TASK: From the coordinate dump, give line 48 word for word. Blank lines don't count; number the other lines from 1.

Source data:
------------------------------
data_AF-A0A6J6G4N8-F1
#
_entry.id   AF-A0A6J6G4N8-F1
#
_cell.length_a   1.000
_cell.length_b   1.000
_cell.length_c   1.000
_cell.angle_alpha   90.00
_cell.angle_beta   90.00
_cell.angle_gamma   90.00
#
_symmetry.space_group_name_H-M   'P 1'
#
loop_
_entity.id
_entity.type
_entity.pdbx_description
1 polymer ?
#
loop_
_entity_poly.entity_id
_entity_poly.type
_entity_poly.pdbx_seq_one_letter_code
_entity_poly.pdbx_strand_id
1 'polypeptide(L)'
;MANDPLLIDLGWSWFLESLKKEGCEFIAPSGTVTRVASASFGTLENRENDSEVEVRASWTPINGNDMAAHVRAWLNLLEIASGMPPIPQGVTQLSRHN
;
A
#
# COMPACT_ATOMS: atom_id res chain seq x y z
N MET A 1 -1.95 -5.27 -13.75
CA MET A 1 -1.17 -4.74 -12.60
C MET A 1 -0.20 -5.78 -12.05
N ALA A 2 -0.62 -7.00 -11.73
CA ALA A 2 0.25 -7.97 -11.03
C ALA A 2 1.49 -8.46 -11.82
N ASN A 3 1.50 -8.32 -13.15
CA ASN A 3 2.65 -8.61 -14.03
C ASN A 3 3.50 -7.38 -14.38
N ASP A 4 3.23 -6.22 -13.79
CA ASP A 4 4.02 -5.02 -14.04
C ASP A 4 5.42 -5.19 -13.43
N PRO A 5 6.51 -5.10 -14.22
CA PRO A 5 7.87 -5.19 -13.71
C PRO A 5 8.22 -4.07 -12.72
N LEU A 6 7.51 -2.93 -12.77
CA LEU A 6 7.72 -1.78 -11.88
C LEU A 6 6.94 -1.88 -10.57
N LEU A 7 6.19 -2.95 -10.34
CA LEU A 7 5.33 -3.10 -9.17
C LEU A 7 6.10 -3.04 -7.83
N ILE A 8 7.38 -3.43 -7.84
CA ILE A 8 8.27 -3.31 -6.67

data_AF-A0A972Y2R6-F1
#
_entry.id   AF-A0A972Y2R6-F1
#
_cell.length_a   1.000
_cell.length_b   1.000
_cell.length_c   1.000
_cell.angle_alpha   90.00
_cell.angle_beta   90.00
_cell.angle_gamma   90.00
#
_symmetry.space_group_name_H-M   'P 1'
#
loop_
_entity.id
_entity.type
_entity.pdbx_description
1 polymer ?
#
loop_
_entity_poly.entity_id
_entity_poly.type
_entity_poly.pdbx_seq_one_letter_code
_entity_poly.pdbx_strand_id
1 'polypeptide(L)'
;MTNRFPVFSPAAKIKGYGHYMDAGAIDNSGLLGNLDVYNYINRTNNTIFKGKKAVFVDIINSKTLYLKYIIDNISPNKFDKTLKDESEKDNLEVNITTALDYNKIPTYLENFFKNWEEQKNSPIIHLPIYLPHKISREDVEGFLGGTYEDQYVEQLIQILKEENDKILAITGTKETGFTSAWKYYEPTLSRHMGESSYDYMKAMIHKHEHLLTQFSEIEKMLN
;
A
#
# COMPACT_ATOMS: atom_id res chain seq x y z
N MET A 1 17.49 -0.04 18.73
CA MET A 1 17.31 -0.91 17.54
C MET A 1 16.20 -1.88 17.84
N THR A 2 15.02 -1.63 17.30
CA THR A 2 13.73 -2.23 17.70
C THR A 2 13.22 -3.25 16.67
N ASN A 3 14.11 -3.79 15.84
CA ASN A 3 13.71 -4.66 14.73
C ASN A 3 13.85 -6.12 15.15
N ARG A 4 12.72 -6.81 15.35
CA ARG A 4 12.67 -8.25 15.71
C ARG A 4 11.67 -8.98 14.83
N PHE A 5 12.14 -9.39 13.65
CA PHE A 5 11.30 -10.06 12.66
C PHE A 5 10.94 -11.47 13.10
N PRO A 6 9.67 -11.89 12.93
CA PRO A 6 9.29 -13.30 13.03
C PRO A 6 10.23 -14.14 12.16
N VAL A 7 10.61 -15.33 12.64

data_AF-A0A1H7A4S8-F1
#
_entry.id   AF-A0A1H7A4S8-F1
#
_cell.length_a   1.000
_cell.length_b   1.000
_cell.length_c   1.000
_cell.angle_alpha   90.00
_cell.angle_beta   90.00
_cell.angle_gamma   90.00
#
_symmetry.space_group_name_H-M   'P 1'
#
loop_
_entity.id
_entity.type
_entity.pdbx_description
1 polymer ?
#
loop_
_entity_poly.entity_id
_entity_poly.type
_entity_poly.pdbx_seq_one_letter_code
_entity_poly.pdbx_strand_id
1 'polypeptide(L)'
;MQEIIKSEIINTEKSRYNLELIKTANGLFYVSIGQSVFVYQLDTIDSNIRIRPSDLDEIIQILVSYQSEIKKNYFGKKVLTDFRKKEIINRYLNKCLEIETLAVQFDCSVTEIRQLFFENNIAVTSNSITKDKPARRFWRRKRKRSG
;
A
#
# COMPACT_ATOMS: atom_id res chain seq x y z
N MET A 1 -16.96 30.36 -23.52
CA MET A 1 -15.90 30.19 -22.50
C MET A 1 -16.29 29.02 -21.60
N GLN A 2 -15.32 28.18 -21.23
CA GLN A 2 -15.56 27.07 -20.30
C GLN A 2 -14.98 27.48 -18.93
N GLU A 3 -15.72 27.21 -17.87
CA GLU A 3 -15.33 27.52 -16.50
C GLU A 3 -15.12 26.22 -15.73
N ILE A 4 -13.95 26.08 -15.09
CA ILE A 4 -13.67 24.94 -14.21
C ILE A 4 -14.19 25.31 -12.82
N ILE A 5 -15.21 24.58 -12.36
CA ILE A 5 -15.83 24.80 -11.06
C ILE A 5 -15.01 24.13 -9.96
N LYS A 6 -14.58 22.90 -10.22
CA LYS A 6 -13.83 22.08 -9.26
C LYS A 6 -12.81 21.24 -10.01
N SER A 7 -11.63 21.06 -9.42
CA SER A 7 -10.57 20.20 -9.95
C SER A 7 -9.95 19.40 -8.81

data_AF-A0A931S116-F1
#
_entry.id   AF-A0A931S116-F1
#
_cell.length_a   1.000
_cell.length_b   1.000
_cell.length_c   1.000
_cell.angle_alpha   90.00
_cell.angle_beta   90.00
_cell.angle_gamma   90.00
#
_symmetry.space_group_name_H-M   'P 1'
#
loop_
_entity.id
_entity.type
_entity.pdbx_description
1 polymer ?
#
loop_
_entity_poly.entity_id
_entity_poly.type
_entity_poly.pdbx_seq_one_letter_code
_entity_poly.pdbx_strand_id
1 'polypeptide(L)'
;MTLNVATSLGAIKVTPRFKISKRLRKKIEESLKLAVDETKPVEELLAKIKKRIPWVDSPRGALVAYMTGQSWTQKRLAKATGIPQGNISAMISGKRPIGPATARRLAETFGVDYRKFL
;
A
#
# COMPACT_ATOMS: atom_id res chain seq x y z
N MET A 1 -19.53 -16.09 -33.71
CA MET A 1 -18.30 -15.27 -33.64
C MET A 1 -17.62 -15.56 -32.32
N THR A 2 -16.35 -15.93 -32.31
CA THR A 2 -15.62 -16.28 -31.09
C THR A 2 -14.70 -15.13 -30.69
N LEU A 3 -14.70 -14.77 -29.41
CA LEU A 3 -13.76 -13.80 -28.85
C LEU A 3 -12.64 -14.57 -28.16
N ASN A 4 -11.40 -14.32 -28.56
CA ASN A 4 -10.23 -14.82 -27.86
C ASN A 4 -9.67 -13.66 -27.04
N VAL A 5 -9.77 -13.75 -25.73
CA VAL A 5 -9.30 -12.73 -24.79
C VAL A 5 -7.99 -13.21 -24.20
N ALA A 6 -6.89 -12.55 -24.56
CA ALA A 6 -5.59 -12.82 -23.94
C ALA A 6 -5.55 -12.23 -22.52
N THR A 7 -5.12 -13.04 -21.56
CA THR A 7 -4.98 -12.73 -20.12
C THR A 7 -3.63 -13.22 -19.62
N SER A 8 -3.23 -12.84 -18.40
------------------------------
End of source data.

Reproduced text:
C LEU A 6 6.94 -1.88 -10.57